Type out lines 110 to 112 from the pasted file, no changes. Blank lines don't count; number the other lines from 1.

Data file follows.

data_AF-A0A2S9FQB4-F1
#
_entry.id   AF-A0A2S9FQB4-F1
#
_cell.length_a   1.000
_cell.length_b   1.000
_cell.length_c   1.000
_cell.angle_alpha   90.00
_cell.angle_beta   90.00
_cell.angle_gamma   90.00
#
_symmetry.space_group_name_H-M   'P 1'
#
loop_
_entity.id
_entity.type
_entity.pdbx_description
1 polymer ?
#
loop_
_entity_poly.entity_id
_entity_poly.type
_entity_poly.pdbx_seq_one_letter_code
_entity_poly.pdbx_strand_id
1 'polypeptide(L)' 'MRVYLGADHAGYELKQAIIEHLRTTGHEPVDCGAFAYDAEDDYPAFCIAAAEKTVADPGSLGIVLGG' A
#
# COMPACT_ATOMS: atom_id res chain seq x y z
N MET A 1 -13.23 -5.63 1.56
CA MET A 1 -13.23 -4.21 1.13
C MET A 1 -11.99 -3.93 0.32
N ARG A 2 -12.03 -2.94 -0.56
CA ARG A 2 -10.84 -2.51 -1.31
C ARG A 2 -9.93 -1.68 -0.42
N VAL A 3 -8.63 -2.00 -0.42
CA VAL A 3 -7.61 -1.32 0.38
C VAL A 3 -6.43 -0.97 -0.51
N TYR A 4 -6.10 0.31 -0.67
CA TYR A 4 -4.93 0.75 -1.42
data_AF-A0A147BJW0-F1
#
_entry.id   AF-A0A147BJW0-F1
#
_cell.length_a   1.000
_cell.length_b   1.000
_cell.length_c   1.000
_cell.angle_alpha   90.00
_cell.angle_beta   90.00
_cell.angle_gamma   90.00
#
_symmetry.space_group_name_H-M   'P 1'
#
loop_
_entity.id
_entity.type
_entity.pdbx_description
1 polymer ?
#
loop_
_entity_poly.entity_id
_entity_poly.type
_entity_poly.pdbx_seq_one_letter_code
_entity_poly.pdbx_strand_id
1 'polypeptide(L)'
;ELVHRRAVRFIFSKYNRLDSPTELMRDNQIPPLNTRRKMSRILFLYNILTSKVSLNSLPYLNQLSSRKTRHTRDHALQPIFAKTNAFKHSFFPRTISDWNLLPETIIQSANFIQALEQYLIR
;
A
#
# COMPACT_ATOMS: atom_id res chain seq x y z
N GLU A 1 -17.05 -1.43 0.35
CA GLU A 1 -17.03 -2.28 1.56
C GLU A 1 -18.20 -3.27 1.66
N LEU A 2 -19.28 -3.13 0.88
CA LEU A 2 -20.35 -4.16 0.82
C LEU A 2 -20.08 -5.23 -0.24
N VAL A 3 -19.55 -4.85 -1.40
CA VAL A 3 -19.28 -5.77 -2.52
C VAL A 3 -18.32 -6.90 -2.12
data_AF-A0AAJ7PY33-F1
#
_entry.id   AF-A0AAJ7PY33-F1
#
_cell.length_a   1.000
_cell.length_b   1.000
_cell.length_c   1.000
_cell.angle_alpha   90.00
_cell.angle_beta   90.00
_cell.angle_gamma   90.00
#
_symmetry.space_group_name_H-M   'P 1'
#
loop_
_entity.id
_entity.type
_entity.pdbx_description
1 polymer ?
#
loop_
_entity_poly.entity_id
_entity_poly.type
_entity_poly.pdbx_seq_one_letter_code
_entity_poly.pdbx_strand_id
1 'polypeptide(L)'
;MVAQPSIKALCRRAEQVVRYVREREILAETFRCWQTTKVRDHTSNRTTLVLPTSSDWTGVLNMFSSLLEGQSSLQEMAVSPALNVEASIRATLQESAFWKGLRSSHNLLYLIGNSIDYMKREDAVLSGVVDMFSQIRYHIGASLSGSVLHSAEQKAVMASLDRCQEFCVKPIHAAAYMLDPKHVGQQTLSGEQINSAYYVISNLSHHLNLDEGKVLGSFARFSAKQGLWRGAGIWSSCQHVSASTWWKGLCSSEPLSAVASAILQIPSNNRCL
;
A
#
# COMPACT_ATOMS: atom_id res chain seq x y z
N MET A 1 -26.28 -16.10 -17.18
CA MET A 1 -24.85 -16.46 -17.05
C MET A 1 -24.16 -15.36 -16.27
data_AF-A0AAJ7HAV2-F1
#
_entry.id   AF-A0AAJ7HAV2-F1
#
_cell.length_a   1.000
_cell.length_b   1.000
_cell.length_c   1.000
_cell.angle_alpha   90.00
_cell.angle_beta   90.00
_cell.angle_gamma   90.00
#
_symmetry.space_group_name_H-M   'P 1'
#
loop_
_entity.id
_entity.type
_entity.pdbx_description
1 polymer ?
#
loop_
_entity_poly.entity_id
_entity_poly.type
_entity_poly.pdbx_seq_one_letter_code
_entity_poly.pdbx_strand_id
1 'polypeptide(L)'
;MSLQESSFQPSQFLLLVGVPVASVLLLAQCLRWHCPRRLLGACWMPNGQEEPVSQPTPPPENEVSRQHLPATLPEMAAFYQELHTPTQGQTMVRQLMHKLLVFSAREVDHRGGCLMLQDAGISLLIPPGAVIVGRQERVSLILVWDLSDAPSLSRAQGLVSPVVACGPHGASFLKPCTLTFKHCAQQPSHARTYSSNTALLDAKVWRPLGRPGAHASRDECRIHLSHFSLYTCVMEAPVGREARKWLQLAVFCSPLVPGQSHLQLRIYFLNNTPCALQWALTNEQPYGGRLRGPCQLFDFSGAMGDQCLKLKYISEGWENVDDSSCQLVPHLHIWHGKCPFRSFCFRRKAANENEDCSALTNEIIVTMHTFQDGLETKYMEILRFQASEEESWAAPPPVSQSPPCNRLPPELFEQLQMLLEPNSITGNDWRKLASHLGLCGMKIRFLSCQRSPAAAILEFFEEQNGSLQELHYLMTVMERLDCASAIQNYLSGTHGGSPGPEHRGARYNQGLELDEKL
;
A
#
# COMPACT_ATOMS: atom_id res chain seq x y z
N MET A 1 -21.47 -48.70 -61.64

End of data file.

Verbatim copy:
C MET A 1 -24.16 -15.36 -16.27
data_AF-A0AAJ7HAV2-F1
#